Arguably one of the oldest professions, cutting and styling hair requires two things that are perfect for the busy college student. The first is that it requires people to make appointments with you ahead of time. The second is that if you do a good job, it’s recurring business. The fact is that hair grows around a half an inch every month. Moreover, cutting hair also means a steady flow of tips and the ability to take walk-ins and develop reputation for convenience as well. 

Web/Graphic Design

Within the employer market, there is already a massive demand for skilled workers who are computer literate. This means that more college students (i.e. those who will be seeking employment soon) are looking for ways to stand out in this regard. One of the best ways comes in the form of a website. It’s not overly complicated, but managing one implies some technical know how and is inarguably more convenient than Googling you. The problem is that HTML and web development are tricky to learn on your own. This means people are more likely to find a person who can design the page and do the heavy lifting for them.

This presents good dorm room business opportunities for the aspiring entrepreneur looking for an in-demand niche. While learning HTML and web development on your own is hard, it’s far from impossible. There are more than a few web design courses available on YouTube to get you started for little to no money. It seems basic, but being able to build even a basic landing page is a valuable skill for someone with limited time every week, and you’d be shocked how many people need help doing it.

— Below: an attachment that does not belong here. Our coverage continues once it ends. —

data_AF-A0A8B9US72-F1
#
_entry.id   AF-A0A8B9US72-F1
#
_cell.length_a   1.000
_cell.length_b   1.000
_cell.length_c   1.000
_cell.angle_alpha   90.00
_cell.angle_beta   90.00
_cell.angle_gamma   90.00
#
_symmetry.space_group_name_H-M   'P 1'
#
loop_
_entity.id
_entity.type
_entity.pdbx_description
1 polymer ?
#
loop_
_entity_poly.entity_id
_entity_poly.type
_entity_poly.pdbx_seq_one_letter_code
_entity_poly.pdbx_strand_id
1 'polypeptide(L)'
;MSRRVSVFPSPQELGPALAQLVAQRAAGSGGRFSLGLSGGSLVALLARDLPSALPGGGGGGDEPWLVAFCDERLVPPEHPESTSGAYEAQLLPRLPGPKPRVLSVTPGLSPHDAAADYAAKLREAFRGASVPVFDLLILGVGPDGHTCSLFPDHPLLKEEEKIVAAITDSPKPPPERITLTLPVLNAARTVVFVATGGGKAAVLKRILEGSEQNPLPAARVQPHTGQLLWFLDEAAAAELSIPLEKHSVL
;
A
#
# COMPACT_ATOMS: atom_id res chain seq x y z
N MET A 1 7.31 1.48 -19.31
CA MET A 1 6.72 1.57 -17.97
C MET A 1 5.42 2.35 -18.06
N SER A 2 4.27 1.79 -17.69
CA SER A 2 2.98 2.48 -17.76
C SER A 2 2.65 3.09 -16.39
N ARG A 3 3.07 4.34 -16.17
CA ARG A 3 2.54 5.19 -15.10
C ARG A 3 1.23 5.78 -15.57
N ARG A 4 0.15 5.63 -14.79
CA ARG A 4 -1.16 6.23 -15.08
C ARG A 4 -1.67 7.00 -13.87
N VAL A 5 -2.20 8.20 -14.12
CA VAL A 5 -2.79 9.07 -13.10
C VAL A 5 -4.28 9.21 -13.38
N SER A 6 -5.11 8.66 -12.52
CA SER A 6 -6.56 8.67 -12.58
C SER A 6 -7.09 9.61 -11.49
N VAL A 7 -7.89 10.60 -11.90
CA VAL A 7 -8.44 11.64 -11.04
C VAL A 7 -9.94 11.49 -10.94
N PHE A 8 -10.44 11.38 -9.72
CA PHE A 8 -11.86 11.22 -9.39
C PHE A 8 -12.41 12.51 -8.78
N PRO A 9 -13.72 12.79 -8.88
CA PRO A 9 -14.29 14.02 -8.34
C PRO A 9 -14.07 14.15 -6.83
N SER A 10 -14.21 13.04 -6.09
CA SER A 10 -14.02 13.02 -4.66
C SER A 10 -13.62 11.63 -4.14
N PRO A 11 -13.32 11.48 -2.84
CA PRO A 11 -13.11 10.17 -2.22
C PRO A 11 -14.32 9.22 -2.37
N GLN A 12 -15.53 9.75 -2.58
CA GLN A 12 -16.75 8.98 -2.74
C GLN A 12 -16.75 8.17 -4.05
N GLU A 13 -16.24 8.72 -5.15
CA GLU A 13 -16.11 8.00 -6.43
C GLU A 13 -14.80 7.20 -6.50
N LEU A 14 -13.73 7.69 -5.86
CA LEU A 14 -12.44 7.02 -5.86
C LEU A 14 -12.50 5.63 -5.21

Remember taking grainy selfies on your Iphone six years ago? While a fair amount of the people who are alive now most certainly do, you’re hard pressed to find such low resolution images blowing up on Instagram in 2020. Just as the cameras in our phones have gotten better, so has the standards for commercial photography risen. Yet, as the standards rise, our ability to produce the same high quality images has increased exponentially. Buying and selling camera gear is more accessible now than it has ever been before and that is a huge opening for someone looking to make a few bucks doing photography out of their dorm room. 

Local businesses will always need visual promotion, actors and performers will always need headshots, and event coordinators will always need someone to shoot a function. As a photographer you can set your own rates, and after you set yourself apart, you can raise them. 

Tutoring/ Writing Coach